Every night on the beach of Pulau Selingaan in Sabah, whatever the weather, park rangers get down on their hands and knees. All night they hunt for eggs laid by giant marine turtles in their sand-pit nests, not to steal them, but to transfer them to a hatchery not far from the beach.
During the night, at high tide, green turtles (Chelonia mydas) and hawksbill turŽtles (Eretmochelys imbricata) shuffle their way up the beach to dig a nest and lay their eggs. The process of selecting a nestŽing place, excavating the pit, laying the eggs and covering the nest takes about three hours. The rangers watch and wait in the darkness. When the turtle has finŽished, the rangers go to work, collecting eggs, transplanting them to the hatchery and tagging the turtles.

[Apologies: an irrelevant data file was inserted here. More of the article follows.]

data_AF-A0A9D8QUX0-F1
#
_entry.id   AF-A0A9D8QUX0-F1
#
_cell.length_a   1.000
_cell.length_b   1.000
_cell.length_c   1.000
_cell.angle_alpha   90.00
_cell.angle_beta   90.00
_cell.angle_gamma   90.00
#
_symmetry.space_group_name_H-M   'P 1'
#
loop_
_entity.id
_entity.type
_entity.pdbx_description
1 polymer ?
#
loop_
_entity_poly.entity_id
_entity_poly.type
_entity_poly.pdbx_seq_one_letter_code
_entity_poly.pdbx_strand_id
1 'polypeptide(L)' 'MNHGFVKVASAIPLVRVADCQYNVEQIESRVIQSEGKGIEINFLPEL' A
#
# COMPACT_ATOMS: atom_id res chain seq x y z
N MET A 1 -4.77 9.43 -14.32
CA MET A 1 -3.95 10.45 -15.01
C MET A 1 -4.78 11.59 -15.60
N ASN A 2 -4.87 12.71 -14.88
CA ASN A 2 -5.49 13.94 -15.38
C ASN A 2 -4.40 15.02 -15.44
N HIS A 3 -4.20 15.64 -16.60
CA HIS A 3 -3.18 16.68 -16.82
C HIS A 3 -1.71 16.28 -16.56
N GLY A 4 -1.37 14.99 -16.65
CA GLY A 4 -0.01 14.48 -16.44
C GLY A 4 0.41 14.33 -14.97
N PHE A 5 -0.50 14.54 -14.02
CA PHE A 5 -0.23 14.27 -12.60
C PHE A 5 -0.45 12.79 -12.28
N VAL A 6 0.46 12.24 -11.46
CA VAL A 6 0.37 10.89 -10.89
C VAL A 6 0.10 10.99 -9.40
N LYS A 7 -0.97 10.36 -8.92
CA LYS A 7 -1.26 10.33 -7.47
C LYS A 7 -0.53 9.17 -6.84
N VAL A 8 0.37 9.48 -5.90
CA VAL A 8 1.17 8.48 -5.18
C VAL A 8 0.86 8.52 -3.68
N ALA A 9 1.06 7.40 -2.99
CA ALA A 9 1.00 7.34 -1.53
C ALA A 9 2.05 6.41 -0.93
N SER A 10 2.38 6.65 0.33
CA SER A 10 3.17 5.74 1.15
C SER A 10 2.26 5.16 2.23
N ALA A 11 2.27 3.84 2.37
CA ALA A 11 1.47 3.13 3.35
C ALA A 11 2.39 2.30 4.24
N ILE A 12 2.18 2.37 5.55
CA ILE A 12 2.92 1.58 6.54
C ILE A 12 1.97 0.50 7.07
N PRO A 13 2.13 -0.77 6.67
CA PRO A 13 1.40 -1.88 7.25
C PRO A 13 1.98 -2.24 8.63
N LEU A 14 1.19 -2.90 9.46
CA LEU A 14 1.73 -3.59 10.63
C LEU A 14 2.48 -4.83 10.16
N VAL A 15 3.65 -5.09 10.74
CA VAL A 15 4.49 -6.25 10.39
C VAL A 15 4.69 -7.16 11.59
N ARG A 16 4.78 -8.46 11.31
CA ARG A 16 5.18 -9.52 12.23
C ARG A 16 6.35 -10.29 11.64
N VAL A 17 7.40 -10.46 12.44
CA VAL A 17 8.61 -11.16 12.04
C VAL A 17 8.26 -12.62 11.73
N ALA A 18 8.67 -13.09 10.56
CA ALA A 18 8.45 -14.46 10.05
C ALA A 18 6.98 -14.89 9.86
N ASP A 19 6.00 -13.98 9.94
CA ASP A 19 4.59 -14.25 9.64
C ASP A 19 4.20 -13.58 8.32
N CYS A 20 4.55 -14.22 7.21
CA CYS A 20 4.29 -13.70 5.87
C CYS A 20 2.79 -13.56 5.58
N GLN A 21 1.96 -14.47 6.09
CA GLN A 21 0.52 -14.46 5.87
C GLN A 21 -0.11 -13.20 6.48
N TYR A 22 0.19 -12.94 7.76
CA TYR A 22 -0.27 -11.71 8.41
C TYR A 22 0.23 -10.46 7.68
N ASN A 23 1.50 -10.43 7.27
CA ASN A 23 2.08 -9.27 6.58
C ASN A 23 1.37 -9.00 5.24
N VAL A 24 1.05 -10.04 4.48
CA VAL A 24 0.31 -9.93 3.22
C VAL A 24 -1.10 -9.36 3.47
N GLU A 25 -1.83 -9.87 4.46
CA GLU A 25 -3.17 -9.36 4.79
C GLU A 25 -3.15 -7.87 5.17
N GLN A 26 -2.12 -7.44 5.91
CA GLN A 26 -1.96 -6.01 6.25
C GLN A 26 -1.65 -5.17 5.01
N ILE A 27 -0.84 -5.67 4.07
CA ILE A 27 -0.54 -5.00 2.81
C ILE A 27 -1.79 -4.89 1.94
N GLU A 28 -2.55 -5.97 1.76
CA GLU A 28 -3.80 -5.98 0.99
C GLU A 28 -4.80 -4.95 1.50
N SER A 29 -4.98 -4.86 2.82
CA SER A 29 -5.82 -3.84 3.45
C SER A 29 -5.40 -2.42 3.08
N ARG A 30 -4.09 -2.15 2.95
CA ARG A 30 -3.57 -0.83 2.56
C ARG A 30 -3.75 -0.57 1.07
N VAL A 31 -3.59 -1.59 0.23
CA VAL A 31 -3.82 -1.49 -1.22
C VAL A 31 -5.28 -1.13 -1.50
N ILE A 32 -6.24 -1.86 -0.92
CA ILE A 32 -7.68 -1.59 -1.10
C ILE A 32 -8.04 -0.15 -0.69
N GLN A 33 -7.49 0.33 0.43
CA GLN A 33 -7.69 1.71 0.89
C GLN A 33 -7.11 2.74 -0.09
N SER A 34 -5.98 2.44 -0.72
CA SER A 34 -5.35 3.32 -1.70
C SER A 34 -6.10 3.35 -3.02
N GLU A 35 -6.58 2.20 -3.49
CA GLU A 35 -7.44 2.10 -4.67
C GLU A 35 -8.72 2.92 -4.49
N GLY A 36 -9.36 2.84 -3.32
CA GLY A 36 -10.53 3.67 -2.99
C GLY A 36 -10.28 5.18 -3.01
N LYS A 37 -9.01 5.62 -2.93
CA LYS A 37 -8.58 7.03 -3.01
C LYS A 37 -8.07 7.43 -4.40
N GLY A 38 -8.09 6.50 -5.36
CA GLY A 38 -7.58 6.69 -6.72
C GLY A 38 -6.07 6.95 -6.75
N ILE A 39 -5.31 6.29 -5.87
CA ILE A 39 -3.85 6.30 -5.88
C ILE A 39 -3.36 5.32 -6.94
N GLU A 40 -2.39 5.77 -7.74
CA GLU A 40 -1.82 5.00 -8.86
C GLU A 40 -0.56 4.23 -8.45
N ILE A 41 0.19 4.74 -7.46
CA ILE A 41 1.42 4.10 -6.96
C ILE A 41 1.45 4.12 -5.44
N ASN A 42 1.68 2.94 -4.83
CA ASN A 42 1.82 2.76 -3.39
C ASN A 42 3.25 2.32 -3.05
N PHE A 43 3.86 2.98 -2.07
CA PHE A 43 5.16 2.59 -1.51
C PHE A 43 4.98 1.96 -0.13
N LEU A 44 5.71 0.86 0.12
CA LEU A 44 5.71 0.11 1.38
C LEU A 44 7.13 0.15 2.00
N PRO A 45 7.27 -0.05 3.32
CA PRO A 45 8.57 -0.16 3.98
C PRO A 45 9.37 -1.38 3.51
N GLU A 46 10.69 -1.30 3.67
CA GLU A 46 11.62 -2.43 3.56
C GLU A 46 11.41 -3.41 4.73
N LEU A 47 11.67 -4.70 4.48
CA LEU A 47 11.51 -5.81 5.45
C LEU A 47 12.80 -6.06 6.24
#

Two months later, the hatchery keepŽers must watch out for movements in the sand indicating that turtle hatchlings are emerging. The rangers collect the hatchlings immediately and hurry to release them on the beach, as the turtles homing device which brings them back to their birthplace to lay eggs is activated at birth. Each year, the rangers release an average of 500,000 to 750,000 hatchlings.
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